- In 2015, officials ordered all Yulin restaurants to remove tables from outside their premises and, for the second year running, to reduce dog meat dishes. Big public displays of mass dog meat eating were not visible, indicating a recognition that this is an unacceptable sight and likely to lead to conflict. Yulin’s Dong Kou Market had noticeably fewer dog meat stands compared with previous years. We also believe there was a decline in the number of dogs slaughtered.
- In 2016, the event was once again muted, and for the first time Yulin police erected roadblock checkpoints to stop trucks loaded with dogs from entering the city. Although these roadblocks were implemented too late to stop many of the trucks, they were a significant gesture.
- In 2017, the Yulin authorities imposed a ban on the sale of dog meat, but under pressure from local dog traders they rescinded the total ban and reduced this to a restriction on the number of dogs for sale per market stall.
HSI has urged Yulin authorities to adopt and enforce proactive and decisive steps to crack down on an industry that kills dogs acquired illegally and sells dog and cat meat that breaches food safety regulations. It is no coincidence that Guangxi province is amongst China’s five worst-affected areas for rabies in humans, and Yulin was recently listed in China’s 10 worst-affected cities for human rabies cases.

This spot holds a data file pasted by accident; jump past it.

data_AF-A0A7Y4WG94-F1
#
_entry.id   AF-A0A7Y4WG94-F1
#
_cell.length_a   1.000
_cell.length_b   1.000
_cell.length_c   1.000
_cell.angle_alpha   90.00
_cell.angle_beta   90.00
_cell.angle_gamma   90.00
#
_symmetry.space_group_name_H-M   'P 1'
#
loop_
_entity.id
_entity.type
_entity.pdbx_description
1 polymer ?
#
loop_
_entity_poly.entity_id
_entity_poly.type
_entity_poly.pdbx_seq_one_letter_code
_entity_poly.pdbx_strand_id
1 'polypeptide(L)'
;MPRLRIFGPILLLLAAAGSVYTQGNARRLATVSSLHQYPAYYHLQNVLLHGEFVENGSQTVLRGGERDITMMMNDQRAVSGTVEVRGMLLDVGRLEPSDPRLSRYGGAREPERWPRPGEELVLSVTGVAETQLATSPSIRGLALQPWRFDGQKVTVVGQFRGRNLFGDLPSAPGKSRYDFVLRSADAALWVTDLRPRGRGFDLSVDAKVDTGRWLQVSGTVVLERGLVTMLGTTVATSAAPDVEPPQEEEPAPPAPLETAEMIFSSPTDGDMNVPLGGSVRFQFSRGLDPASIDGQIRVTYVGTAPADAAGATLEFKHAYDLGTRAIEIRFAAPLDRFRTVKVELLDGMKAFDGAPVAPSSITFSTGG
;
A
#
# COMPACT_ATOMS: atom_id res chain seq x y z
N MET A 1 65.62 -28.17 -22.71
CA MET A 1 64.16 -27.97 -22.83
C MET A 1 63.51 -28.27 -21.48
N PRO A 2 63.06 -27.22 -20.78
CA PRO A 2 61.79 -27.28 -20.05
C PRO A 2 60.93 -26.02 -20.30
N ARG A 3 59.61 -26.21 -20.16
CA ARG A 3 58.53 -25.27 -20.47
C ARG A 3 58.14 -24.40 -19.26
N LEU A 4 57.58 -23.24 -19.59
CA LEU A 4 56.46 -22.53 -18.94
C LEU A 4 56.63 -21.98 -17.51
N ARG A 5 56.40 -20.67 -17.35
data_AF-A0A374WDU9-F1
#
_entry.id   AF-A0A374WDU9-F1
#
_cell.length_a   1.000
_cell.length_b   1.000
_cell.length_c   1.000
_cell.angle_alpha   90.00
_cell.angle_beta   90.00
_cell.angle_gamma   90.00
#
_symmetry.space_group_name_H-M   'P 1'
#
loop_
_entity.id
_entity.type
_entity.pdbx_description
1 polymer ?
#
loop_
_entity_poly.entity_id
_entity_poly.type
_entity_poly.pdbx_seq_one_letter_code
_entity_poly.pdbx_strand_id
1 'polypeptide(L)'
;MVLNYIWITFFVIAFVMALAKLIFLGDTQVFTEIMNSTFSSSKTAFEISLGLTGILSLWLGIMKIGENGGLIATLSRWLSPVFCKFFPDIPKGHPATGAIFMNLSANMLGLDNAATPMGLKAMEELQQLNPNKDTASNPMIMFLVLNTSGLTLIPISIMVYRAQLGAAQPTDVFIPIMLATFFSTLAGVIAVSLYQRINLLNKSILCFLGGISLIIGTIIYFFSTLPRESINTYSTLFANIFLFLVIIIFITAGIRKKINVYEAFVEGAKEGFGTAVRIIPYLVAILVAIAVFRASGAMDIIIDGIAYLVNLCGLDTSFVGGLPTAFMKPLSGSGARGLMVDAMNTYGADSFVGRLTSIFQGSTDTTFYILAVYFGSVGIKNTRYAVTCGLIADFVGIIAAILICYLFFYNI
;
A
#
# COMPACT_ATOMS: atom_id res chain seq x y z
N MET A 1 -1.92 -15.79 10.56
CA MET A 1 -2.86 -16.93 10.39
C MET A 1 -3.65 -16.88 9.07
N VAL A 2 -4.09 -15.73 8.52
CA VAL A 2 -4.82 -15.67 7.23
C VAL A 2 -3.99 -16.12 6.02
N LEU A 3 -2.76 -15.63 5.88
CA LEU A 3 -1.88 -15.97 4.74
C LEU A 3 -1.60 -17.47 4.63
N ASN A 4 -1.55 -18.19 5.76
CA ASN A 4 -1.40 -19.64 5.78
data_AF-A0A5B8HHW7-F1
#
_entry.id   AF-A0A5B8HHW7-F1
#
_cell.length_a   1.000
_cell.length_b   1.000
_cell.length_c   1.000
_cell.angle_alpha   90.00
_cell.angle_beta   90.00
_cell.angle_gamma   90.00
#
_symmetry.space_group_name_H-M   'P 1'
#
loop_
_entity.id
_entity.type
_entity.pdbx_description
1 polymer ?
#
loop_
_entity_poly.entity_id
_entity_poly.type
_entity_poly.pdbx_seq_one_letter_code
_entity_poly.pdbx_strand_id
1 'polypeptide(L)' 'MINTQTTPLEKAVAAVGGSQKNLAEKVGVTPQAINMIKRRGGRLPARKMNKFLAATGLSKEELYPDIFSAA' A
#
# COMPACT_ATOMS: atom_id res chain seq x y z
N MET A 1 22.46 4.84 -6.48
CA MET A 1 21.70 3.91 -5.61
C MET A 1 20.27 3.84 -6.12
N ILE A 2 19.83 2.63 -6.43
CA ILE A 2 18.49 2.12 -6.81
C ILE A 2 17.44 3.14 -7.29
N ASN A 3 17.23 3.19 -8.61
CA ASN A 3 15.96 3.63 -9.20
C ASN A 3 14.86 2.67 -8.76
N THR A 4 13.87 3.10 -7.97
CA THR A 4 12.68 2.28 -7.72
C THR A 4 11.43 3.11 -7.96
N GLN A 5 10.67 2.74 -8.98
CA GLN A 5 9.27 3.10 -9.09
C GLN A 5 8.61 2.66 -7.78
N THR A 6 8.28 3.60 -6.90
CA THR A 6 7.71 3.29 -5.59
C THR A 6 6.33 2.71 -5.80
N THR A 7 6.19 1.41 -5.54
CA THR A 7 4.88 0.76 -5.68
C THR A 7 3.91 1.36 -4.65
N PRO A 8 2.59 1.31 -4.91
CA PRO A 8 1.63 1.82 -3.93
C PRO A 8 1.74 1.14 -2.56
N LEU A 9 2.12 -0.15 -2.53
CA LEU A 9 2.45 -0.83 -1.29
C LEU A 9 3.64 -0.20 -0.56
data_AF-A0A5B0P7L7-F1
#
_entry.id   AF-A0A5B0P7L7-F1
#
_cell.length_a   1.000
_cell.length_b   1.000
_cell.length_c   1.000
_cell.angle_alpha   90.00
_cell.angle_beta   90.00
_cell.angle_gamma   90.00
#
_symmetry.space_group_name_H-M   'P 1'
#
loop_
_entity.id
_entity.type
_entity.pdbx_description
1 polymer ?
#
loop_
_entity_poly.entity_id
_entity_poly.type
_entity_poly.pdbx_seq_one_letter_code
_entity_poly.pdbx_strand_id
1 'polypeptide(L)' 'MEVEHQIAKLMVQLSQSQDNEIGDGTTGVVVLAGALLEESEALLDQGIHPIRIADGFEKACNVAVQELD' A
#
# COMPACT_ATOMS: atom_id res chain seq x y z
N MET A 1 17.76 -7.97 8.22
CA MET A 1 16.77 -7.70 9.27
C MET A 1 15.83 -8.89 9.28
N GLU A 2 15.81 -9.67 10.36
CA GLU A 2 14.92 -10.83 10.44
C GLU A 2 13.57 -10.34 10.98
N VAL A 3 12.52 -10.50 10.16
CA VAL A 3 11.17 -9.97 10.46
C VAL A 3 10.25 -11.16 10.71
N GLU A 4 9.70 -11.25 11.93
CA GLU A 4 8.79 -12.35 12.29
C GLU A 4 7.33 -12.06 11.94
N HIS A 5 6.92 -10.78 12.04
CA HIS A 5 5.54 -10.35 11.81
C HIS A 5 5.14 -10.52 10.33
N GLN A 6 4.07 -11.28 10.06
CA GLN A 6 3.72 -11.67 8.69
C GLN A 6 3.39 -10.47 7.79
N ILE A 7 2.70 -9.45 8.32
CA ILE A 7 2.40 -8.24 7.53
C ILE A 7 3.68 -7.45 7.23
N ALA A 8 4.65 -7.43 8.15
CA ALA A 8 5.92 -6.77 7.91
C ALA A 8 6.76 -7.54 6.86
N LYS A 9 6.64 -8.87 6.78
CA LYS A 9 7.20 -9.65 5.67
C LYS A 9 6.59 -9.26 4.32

China’s foreign NGO law and Yulin 2017 campaign
For the past several years, HSI has been a leading global voice calling for an end to the suffering of animals in China’s year-round and country-wide dog meat trade. Together with our wonderful Chinese partner groups, we have been able to assist with rescues of thousands of dogs (and cats) from the brutal dog meat trade from across China, including at the Yulin festival. Since the introduction of China’s new ‘Foreign NGO Law’ that came into effect on 1st January 2017 (otherwise known as the People’s Republic of China Law on the Management of Foreign Non-Governmental Organizations’ Activities within Mainland China), we are now having to operate under new legal restrictions that currently prevent HSI itself from operating on the ground in Yulin.
This new law places all China activities and funding of China activities by foreign NGOs under the scrutiny of the Chinese authorities. As a foreign NGO, HSI has been required to register with the Chinese authorities so that our work program can receive official approval. There are substantial penalties, including for our Chinese NGO partners, for breaching the wide-ranging conditions of this law. We take very seriously our responsibility to the Chinese animal protection NGOs, animal shelters and campaigners with whom we work, and will not place them at unnecessary risk.
We are therefore continuing to work in China in accordance with the new law, and while we will not be permitted to send HSI staff to Yulin, we will continue to have a presence on the ground through our Chinese friends and activists so that we can shine a spotlight on the cruelty as we have in years past.